1 year later, ‘Big Brother’s Zakiyah still can’t shake feeling that she’s being watched

Zakiyah Everette, on how CBS depicted her on “Big Brother” last summer: “Honestly, you get mad. Because it’s you. You know who you are. You know, like, ‘That’s not what I meant. That’s not how I felt. That’s not what really happened.’ It’s nothing where I’m crying, ‘Oh my god, I can’t believe this happened to me, and I need to call CBS.’ But it was just like, ‘This is some bull----.’ ”
Zakiyah Everette, on how CBS depicted her on “Big Brother” last summer: “Honestly, you get mad. Because it’s you. You know who you are. You know, like, ‘That’s not what I meant. That’s not how I felt. That’s not what really happened.’ It’s nothing where I’m crying, ‘Oh my god, I can’t believe this happened to me, and I need to call CBS.’ But it was just like, ‘This is some bull----.’ ”

If you were to compare the place Zakiyah Everette was in her life one year ago to where she stands today, you might not – at first blush – notice much of a difference.

She’s still living at home with her mom in Charlotte; still commuting 45 minutes each way to UNC Charlotte, where she’s working on her master’s degree in child and family development; still hoping to own a preschool someday.

But underneath Everette’s sunny exterior, she says, there now exists a paranoia that wasn’t there before.

“At the preschool where I teach, there are cameras, and sometimes I find myself looking at them. Even in here, I look around and I’m just like...” She glances off to the corner of the ceiling of the Cold Stone Creamery where she asked that we meet, at the RiverGate shopping center, then gives a dismissive laugh. But seriously: “I’m more cautious of my surroundings now. Everything gets evaluated. I just feel a little different. I’m not as trusting anymore.”

That’s what being a cast member on CBS’s social-experiment reality show “Big Brother” can do to you, apparently.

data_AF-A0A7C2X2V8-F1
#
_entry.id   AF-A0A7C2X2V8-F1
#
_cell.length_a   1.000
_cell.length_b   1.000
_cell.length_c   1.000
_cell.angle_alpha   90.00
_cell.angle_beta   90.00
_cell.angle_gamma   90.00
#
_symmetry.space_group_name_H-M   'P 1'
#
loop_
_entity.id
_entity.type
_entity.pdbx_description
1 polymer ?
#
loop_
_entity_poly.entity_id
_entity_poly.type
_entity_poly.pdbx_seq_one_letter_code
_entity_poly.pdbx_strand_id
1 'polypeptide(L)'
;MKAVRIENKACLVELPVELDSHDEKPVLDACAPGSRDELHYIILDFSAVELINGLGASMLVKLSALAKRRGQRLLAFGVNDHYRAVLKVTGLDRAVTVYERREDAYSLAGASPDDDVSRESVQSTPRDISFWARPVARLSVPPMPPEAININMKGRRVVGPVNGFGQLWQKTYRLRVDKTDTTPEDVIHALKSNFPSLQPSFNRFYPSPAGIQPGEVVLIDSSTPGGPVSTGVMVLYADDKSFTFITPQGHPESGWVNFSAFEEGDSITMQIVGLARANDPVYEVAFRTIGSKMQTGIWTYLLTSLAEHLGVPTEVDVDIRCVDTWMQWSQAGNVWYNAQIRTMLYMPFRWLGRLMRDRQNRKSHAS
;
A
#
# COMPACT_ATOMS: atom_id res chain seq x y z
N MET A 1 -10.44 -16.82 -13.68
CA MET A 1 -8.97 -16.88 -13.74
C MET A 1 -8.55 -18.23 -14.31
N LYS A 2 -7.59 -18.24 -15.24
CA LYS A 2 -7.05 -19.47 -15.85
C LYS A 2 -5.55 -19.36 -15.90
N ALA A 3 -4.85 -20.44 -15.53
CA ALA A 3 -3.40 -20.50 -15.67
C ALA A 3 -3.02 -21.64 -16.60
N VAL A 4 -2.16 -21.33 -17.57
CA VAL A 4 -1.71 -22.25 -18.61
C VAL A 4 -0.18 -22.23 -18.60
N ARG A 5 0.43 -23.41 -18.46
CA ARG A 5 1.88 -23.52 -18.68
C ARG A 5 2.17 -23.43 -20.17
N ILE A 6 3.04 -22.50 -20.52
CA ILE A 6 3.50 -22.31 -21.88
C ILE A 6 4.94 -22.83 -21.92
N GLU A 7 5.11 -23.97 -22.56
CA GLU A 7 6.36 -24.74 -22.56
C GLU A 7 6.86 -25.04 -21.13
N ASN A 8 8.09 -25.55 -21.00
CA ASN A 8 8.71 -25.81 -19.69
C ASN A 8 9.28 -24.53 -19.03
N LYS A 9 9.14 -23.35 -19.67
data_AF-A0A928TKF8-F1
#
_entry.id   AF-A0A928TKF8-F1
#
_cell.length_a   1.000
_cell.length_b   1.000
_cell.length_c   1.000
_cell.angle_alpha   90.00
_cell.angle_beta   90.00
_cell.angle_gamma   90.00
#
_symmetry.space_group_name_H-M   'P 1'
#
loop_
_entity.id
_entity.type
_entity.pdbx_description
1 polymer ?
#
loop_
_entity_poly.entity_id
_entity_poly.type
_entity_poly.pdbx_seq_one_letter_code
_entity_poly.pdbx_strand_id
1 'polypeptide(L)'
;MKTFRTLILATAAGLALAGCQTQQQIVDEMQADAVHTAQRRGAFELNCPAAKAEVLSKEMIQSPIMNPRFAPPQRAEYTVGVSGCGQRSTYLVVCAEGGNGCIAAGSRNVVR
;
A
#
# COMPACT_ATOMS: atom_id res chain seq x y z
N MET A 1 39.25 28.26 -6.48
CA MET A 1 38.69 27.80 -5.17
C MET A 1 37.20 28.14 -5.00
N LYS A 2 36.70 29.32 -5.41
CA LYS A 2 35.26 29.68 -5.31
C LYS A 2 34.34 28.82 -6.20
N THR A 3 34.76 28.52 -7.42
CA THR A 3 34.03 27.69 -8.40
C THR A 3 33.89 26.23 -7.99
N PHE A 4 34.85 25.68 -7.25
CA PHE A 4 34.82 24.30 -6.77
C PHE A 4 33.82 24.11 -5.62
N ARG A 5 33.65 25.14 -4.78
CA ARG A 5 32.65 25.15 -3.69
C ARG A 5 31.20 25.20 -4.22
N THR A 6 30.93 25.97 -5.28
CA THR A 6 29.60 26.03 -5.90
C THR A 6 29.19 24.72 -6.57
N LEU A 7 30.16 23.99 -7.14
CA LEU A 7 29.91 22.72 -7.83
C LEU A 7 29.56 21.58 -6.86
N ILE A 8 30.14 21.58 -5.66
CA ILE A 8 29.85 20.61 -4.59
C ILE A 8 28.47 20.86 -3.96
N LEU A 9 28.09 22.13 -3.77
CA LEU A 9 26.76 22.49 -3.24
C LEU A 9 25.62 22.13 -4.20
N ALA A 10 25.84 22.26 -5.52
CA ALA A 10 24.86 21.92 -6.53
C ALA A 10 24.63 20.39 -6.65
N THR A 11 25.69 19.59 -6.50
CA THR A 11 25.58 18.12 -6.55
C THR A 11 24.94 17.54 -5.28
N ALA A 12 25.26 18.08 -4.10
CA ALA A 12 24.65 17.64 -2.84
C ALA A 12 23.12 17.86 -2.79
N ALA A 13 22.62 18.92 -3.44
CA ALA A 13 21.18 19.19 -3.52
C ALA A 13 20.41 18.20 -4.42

It’s now been a full year since Everette started playing the game and nearly nine months since she stopped, so the 26-year-old has had plenty of time to reflect on being trapped inside a house with a bunch of strangers with questionable motives – and 80 cameras and 100 microphones recording everything they did and said.

Plenty of time, too, to reflect on her on-again, off-again, on-again and now-apparently-off-permanently romance with fellow houseguest Paulie Calafiore, which was chronicled on the show last summer (after their coupling became public, he famously passed up a chance to save her from elimination in Week 7) and on social media in the months that followed.

Here are the eight most thought-provoking reflections from our recent “catching-up” session with Everette:

1. “In my audition, I gave them this big Southern, happy, bubbly, sassy type of girl, and I think they thought that was gonna (clash) with the other African American girl on the show (Da’Vonne Rogers). I think they wanted that drama. ... When I didn’t give them what they wanted, it was just like, ‘Well, we’ve gotta do something else with her. Let’s make her seem like the crazy girl with Paulie.’ 

2. Eventually, Everette and Rogers did get into it, of course.

“When that big explosive scene happened, I just wanted to go home. It didn’t seem like real life. I mean, I come from Charlotte, North Carolina, where it’s nice and simple and chill and people smile and it’s just genuine. But this felt like a really bad dream, where I was just like, ‘I’ve gotta get out of here. Send me out past the driveway, I’ll get a taxi, I’ll get an Uber, I’ll get a Lyft, but get me outta here.’ ... When you go to jury, you’re told, ‘You’re gonna be able to relax now. You can get your mind away from the game.’ Uh-uh. I lost 10-15 pounds. I was as skinny as I’ve ever been.”